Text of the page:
It’s happened in many riding regions, and Catalonia is no exception: major roads reached the Pyrenean valleys much later than the rest of the territory. Their steep terrain always kept the inhabitants slightly separated from the world, which accentuated unique social and cultural characteristics that persist today. In the province of Lleida, there are several interesting museums for exploring this cultural heritage, such as the Espai Raier in La Pobla de Segur, dedicated to the ancient river transport systems for moving wood along the Noguera Pallaresa River. Esterri d’Àneu is the backbone of the Valls d’Àneu Ecomuseums, a new museum concept that brings us closer to the Pallars lifestyle of the turn of the century through a series of interactive exhibits. In Vilamòs, you can visit the Joanchiquet Museum, a traditional house from the seventeenth to nineteenth centuries, that recreates life in the Val d’Aran during this era.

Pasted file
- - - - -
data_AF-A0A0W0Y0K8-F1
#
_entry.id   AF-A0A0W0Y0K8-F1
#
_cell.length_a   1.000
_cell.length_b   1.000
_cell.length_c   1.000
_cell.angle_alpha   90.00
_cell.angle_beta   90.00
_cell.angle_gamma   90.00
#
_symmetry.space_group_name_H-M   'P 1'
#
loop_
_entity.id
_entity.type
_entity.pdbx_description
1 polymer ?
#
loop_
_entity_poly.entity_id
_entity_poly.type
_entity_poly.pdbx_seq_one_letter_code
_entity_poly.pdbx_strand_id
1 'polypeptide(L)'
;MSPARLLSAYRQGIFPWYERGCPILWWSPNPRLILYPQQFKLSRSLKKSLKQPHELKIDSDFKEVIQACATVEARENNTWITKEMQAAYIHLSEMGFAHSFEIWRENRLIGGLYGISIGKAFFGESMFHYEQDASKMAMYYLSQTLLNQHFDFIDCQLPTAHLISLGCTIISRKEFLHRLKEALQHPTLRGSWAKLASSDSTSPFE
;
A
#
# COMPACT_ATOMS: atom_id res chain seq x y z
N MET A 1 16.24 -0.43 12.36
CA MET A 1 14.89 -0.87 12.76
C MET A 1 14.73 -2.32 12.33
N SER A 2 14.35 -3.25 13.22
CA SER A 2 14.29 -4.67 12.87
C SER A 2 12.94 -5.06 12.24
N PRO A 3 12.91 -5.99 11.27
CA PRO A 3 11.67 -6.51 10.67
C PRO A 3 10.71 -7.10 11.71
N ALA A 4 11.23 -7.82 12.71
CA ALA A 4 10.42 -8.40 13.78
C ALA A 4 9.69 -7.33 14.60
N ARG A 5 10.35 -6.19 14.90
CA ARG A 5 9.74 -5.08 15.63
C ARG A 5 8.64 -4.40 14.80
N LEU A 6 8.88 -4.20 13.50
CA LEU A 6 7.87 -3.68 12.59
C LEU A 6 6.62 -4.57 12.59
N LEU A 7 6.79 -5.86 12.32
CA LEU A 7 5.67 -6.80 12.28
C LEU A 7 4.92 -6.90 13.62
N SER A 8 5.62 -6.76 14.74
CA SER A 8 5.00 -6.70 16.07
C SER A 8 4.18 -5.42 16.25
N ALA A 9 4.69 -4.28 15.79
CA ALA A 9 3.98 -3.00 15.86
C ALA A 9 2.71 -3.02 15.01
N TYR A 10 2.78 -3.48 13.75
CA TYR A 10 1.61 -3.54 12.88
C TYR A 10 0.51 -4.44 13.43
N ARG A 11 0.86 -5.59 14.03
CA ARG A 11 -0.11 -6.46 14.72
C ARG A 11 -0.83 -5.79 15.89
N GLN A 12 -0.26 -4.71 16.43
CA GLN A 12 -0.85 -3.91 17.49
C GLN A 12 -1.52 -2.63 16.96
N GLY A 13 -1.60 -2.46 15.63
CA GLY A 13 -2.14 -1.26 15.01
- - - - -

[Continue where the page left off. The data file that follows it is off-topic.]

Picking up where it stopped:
At Boí, Taüll, Erill la Vall, Barruera, Durro, El Pont de Suert, Llesp, Casós, Vilaller and Senet, in the comarca (local district) of L’Alta Ribagorça; Arties and Les, in the Val d’Aran; Isil and Alins, in El Pallars Sobirà, and La Pobla de Segur, in El Pallars Jussà, it is possible to see the “falles” (burning torches) of the Catalan Pyrenees. This is a traditional festival which has been recognised by UNESCO as part of humanity’s Intangible Cultural Heritage. Over several days, at around the time of the summer solstice, which may vary from village to village, festivities are held which are crowned by the “falles”. In this ceremony, torches are set alight and logs are carried down the mountainside, and to the village, by local young people. Once there, a bonfire is lit and the celebrations are accompanied by music and traditional dancing.